Motorcycles do not have the same protections the metal frame and glass windows of a car have to offer. For these reasons, it is important to drive more carefully, slow down and be on high alert for oncoming vehicles and cars coming out of driveways and around corners. Motorcycle accidents, whether or not it involves another automobile, can result in serious injuries or even death. Dealing with the trauma and stress caused by a motorcycle accident can be confusing, difficult, and intimidating, but we can help and give you the answers you need. Call the Goetz Law Firm today and speak to an Attorney at 858-481-8844.
It’s about time that bicycle helmets got more rigorously tested, say, like motorcycle helmets have for years.
Bike helmets in the U.S. are required by the Consumer Product Safety Commission (CPSC) to pass a series of tests in which helmets are struck against an anvil at a set speed. The only requirement is that the helmets prevent head impact accelerations over 300 g, a level associated with skull fracture or severe brain injury. There is no requirement for helmets to limit concussion-level forces, which are more common among bicyclists in crashes.
A few take aways: more expensive isn’t better, more coverage isn’t better.
Perhaps surprisingly to some, the “urban” style helmets that look like they cover more of the head appear to provide less protection than the sleeker road helmets, the Virginia Tech team said.
The researchers found that bicycle helmets offered different types of protection. Not all bicycle helmets protected well against concussion. Bicycle helmets also may not protect adequately for the way cyclists often hit the ground at an angle. With cyclist fatalities up 20% in the last ten years, improving and formally testing bicycle helmets is a huge step forward.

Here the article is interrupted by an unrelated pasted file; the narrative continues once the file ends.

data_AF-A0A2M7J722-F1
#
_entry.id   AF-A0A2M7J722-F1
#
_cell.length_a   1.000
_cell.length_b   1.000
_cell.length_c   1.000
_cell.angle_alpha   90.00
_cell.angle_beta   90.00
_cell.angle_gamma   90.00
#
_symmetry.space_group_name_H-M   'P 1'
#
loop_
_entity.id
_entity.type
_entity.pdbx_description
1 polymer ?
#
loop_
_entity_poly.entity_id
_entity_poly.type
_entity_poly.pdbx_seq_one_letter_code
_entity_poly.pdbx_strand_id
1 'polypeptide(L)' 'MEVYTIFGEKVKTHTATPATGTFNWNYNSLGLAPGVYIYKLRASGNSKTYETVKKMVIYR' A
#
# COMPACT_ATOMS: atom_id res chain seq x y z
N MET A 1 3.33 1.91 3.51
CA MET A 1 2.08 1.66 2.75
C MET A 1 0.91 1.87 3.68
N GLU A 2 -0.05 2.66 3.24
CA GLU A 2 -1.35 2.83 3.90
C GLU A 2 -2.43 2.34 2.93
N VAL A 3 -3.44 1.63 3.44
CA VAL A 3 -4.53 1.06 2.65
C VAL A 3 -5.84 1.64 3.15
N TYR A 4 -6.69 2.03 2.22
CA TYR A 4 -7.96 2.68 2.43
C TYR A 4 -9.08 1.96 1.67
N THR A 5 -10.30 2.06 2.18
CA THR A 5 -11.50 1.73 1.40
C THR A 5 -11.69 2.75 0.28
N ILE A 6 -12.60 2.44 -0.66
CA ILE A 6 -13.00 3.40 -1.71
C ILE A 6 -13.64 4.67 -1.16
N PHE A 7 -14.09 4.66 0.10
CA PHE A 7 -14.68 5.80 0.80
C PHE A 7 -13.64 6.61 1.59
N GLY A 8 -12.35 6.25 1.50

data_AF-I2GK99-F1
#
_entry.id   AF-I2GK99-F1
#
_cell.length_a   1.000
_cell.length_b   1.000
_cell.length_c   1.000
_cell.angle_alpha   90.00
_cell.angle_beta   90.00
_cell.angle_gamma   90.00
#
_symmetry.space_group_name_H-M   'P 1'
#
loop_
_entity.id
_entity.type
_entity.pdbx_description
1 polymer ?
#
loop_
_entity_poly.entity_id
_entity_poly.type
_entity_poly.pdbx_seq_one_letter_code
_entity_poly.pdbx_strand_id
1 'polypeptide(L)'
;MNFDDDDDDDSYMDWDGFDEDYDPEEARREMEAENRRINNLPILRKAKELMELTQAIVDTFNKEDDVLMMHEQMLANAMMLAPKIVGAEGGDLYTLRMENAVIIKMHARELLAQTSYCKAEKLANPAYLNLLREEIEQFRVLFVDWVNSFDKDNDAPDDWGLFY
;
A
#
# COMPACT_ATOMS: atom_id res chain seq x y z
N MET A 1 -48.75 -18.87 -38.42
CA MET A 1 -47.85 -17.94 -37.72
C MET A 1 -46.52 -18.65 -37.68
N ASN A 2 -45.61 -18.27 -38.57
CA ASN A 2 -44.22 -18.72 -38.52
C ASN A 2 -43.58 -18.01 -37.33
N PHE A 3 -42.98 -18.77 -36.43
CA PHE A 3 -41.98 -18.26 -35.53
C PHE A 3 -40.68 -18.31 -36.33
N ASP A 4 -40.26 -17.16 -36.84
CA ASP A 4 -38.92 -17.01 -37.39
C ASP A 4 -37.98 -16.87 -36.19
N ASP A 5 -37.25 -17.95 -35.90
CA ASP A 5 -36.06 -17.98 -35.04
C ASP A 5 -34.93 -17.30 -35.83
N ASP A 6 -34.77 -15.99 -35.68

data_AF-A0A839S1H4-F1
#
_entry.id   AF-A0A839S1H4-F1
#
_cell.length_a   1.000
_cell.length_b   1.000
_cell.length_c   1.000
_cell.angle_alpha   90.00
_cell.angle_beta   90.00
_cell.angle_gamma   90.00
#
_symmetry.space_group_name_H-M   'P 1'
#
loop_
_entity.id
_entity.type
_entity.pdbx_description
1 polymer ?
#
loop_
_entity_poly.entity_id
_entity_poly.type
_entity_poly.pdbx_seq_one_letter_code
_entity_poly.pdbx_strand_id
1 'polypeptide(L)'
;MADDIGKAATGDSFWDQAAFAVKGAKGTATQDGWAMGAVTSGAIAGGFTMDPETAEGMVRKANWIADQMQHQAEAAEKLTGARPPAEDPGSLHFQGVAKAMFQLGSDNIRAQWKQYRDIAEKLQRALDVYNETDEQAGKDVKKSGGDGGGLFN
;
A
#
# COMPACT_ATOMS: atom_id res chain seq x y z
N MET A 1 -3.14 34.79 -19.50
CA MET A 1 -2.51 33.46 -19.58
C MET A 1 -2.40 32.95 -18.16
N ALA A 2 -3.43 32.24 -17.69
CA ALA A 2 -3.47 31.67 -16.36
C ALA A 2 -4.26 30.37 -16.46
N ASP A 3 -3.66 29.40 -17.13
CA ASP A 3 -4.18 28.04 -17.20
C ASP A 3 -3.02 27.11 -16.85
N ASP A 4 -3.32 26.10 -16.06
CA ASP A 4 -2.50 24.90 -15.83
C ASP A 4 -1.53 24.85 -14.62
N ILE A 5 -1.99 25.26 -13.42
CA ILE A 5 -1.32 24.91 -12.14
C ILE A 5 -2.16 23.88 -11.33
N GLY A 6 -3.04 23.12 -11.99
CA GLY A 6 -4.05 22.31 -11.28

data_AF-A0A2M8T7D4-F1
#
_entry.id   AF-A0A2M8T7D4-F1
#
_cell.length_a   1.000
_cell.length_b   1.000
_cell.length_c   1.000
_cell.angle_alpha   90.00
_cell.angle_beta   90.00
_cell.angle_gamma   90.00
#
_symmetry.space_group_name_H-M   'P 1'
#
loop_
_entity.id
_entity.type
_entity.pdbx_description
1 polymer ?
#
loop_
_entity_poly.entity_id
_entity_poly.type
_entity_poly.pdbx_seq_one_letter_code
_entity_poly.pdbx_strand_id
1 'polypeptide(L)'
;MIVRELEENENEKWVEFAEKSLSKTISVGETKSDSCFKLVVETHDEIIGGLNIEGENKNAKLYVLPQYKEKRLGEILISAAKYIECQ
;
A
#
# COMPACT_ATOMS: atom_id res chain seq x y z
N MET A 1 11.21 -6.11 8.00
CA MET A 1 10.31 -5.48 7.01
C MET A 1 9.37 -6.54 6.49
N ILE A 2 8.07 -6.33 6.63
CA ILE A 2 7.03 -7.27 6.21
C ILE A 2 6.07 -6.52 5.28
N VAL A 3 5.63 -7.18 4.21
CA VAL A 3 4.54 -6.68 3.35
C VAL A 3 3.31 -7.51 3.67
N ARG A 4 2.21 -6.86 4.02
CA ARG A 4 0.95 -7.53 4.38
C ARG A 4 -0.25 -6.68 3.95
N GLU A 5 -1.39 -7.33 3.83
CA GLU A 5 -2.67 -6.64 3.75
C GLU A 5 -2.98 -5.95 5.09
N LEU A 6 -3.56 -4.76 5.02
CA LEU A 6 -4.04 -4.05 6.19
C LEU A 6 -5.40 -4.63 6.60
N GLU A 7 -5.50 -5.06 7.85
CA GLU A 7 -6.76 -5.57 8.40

Urban-style helmets — which have nearly solid covers with few vents — and those that haven’t adopted the latest anti-concussion technology were more than twice as likely to result in injuries, researchers from Virginia Tech and the Insurance Institute for Highway Safety found in a study released Tuesday.
All bicycle helmets sold in the U.S. must meet basic impact protection standards, but new tests from @BEAMvt show that some provide better protection than others. https://t.co/an8jTLlnae pic.twitter.com/9WPMXoF9Sj
— IIHS (@IIHS_autosafety) July 11, 2018
Want to know more about traffic incidents in your area? This week we launched the #VisionZero portal, where you can find info on traffic incidents throughout the City and learn about our solutions to make #SanDiego streets safe for all. Visit https://t.co/rONpl0rqZq pic.twitter.com/Xk7dMG4JpT
— City of San Diego (@CityofSanDiego) June 26, 2018
**Update July 9, 2018
While it is really great we finally have our own Vision Zero San Diego website and portal, unfortunately the data posted on launch was very misleading and greatly understated the actual fatalities in 2016 which were actually about twice as many. Mistakes like this won’t help use data to identify the main dangerous streets and improve our roads with a priority of focusing on where most people are getting hurt and killed.
According to KPBS,
The city’s webpage, which was launched in May, states there were 33 traffic deaths in 2016 and 21 deaths in 2017. Police data show the number in 2016 was actually 64 — more than twice what the webpage states — and that 2017 actually saw 35 traffic deaths.
Another section of the webpage includes three public service announcement videos produced by the city, each one stating there had been 37 traffic deaths in 2017.
To add emphasis to how dangerous our roads are, and why we need the Vision Zero data to prioritize fixing our streets, another KPBS story published June 23, 2017, “In San Diego, Cars Are Deadlier Than Guns”
In pure numbers, more people die from car crashes in San Diego than are murdered. The city’s police department counted 260 traffic deaths on city streets from 2012 to 2016, and 206 murders over the same time period. Adding in the number of people who die on San Diego freeways, which are governed by Caltrans, there were more than twice as many traffic deaths as there were murders.